Agreed not all small CRM players in the space of 500 or so offerings will survive and diligence is key and there are plenty of independent reference points such as G2Crowd, Gleanster, CRM Idol, etc all of who we are rated highly by as we continue to grow successfully and fast. Customers should simply do appropriate diligence and seek 3rd party validations, but not totally avoid smaller party offerings as you indicated.

    Those that you name are priced out of the market for the majority of smaller and average size organisations that make up 98% of the market. We find many customers who have tried such solutions and found the licensing and consulting needed to configure and maintain them so prohibitive their CRM outcome has been unsuccessful. On your foundation we would all be driving one of three brand of car, using one of three brand of TV etc.

    Freedom of choice is the prerogative of the needs of the customer and whilst I believe 500 CRM options is too many 3 is by fa too few.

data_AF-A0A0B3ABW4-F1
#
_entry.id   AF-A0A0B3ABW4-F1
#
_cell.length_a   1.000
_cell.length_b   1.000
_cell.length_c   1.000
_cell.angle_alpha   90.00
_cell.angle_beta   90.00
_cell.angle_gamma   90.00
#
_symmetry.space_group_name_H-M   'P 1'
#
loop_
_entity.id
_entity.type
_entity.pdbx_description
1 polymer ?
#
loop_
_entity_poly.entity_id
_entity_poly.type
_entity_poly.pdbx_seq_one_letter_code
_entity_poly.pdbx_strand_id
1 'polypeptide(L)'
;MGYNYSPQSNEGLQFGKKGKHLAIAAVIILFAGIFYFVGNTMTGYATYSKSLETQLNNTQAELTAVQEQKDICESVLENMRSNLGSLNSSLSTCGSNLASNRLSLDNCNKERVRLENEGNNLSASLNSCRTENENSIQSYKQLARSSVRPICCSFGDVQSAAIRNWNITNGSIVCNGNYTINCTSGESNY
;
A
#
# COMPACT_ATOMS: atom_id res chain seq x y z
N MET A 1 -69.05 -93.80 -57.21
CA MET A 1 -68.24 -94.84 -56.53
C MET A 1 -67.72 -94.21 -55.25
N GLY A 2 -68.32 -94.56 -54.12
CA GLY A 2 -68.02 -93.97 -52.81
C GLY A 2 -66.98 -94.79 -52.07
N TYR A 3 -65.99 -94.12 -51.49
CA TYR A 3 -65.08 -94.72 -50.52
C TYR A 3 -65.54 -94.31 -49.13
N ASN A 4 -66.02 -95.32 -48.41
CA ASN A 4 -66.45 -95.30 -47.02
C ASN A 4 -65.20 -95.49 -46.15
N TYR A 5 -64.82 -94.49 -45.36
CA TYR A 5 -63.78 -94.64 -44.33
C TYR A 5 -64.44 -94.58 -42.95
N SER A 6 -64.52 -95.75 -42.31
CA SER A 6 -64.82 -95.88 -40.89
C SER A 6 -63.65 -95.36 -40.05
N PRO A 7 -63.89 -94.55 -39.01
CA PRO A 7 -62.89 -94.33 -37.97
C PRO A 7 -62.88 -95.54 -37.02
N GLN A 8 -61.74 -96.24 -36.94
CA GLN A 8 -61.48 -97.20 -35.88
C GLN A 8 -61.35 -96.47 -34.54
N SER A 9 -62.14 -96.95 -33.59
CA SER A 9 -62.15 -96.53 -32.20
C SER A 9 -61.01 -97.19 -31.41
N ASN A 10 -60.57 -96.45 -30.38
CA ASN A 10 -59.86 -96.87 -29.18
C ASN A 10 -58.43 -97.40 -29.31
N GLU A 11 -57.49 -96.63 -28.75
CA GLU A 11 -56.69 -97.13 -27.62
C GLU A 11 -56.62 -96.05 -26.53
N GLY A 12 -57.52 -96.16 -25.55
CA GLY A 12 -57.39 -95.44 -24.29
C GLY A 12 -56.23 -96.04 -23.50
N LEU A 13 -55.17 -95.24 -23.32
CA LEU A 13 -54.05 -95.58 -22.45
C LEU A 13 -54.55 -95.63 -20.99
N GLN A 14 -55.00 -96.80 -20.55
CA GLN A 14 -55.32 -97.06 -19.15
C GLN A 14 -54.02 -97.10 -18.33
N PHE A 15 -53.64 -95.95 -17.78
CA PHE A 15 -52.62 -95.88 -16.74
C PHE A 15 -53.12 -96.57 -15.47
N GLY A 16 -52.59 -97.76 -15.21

Ian Moyse

  2. Ignore a CRM vendor because it is not the biggest vendor? At least it won’t go out of business? Really? I can think of some banks and car companies that fly in the face of that argument.

    People used to say, “No one ever got fired for buying IBM or Microsoft.” While that may have been true, that decision was rarely the most cost effective or provide the best solution. Many of the competitors to IBM and Microsoft did a great job for their clients while they grew larger. Besides, is that the only criteria for selecting a vendor?

    Of course financial stability is a factor in selecting any vendor. But, that should not be the sole reason for selection. That’s just silly.

    My experience is that the larger the CRM vendor, the less responsive they are to the needs of the SMB market. They need large companies to meet their growth targets. Dealing with companies of less than 500 (let alone less than 100) is more trouble than they are worth to these vendors.

    A business should look at whether the CRM product meets their needs AND if the vendor is a strong financially.

    You want a CRM that will actually make a positive difference in your business. An excellent example is Excellent CRM product, willing to work with a client to make the CRM do what is needed to effect business growth and strong financially. Yes, they have larger clients, and they also have smaller companies.